The Elder Scrolls Oblivion feature

The Elder Scrolls IV: Oblivion with over 200 mods and Reshade Ray Tracing

Digital Dreams has shared a new video in which they showcase The Elder Scrolls IV: Oblivion with over 200 mods and Reshade Ray Tracing. Oblivion came out in 2006 and this video will give you an idea of what a heavily modded version of it looks like.

The Elder Scrolls IV: Oblivion was a graphical powerhouse when it came out. At that time, most of us believed that games could not look better than that. Oh, how naive we were. Fast forward to 2020 and its unmodded version looks dated as F.

Again, keep in mind that this is a 2006 game. So yeah, don’t expect it to look as impressive as Skyrim modded. Nevertheless, it looks cool (especially for those that still play it). Not only that, but Digital Dreams have shared the list of mods they used in order to capture this gameplay footage (Bevilex Modlist from here).

This video also shows how impressive this unofficial port of Oblivion’s Imperial City in Unreal Engine 5 actually is.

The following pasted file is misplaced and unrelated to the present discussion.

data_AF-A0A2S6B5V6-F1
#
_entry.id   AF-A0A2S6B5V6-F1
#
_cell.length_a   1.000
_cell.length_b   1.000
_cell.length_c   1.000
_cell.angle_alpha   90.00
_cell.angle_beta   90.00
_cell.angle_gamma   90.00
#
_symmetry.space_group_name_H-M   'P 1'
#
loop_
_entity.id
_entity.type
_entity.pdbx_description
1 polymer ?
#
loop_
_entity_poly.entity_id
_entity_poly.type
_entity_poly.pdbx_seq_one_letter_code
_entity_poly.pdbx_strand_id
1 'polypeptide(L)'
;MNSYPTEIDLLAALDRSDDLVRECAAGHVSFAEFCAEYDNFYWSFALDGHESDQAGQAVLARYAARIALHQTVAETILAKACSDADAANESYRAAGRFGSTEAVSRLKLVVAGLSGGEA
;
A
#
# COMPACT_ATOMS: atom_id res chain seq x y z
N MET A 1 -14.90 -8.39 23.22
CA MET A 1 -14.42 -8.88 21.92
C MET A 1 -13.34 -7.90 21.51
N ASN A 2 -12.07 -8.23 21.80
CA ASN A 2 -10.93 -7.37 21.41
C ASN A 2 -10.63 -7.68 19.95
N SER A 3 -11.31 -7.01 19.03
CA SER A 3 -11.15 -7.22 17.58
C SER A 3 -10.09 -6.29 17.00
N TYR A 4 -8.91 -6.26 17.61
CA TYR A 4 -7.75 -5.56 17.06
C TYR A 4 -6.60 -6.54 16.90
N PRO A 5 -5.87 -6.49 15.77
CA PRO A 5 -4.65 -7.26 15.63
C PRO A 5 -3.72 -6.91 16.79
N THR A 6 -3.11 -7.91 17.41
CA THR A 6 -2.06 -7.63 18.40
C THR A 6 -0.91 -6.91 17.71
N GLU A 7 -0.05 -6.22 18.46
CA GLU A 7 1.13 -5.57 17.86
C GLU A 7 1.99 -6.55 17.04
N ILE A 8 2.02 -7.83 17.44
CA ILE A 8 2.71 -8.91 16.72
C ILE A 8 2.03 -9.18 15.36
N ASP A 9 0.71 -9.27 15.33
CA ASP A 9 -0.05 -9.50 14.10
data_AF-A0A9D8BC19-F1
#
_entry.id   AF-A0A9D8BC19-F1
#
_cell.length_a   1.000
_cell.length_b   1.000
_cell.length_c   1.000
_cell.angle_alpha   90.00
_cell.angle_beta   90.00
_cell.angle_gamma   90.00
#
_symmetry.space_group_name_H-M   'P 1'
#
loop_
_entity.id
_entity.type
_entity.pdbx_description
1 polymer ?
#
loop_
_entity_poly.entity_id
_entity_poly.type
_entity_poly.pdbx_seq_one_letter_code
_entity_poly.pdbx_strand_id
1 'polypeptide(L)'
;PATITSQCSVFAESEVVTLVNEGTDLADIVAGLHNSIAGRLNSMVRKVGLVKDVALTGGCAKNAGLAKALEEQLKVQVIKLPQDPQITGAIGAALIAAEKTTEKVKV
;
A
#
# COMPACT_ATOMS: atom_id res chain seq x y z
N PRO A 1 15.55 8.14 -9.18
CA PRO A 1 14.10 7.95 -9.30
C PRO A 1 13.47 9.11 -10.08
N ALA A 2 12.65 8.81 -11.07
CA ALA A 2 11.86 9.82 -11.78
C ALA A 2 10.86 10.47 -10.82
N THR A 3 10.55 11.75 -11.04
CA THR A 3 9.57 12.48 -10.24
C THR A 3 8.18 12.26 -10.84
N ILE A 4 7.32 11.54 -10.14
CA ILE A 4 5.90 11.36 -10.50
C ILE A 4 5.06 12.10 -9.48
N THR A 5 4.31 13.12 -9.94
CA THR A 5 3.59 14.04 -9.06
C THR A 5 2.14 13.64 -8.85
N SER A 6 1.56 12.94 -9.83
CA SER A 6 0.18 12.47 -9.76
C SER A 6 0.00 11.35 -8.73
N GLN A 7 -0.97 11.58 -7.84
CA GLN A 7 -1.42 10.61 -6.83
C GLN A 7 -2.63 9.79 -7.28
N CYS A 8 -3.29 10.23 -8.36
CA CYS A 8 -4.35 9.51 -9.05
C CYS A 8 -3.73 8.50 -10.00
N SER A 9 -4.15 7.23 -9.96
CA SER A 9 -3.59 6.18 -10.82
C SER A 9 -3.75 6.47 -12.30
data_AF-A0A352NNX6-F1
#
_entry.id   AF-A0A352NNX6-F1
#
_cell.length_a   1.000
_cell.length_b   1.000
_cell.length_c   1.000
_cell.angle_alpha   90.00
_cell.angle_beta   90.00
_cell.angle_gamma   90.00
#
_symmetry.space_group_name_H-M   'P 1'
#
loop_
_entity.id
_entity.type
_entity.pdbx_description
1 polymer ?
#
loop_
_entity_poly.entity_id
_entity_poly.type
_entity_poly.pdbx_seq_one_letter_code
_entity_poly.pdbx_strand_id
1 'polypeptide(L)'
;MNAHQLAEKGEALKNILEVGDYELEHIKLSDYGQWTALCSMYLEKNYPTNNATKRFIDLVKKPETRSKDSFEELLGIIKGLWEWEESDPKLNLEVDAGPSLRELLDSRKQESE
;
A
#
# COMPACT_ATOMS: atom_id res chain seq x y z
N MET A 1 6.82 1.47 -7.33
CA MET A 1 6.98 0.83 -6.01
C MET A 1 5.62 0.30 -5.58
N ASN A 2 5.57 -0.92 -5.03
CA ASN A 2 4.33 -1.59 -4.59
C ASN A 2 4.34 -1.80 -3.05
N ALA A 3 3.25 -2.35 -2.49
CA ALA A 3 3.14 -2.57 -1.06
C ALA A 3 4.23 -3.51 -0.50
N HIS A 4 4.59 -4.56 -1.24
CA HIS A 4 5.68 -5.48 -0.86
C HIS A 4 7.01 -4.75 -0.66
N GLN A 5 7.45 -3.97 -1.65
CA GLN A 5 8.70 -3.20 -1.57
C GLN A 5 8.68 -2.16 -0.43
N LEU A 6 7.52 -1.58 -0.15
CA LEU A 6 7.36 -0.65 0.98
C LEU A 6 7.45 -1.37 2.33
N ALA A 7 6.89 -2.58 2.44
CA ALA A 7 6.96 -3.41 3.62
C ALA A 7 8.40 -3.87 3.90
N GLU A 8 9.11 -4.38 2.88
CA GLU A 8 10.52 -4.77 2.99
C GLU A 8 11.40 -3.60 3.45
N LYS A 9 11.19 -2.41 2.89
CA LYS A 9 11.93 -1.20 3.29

Speaking of Oblivion, modder ‘VKVII’ released two new HD Texture Packs for it. The first one improves the textures of all Cathedrals, while the second one covers all Castles. You can download these new packs from here and here. These packs are also compatible with the previous HD Texture Packs that VKVII released earlier this month. And, as we’ve already stated, these new packs are most likely incompatible with this AI-enhanced HD Texture Pack we shared back in August 2020.

From what we know, Bethesda does not plan to release any remaster/remake of Oblivion. Thus, this is the best way to replay this TES game.

Enjoy!

[4K] Oblivion Remastered | Ultra Modded 200+Mods | Raytracing Beyond all limits preset

John Papadopoulos

John is the founder and Editor in Chief at DSOGaming. He is a PC gaming fan and highly supports the modding and indie communities. Before creating DSOGaming, John worked on numerous gaming websites. While he is a die-hard PC gamer, his gaming roots can be found on consoles. John loved - and still does - the 16-bit consoles, and considers SNES to be one of the best consoles. Still, the PC platform won him over consoles. That was mainly due to 3DFX and its iconic dedicated 3D accelerator graphics card, Voodoo 2. John has also written a higher degree thesis on the "The Evolution of PC graphics cards." Contact: Email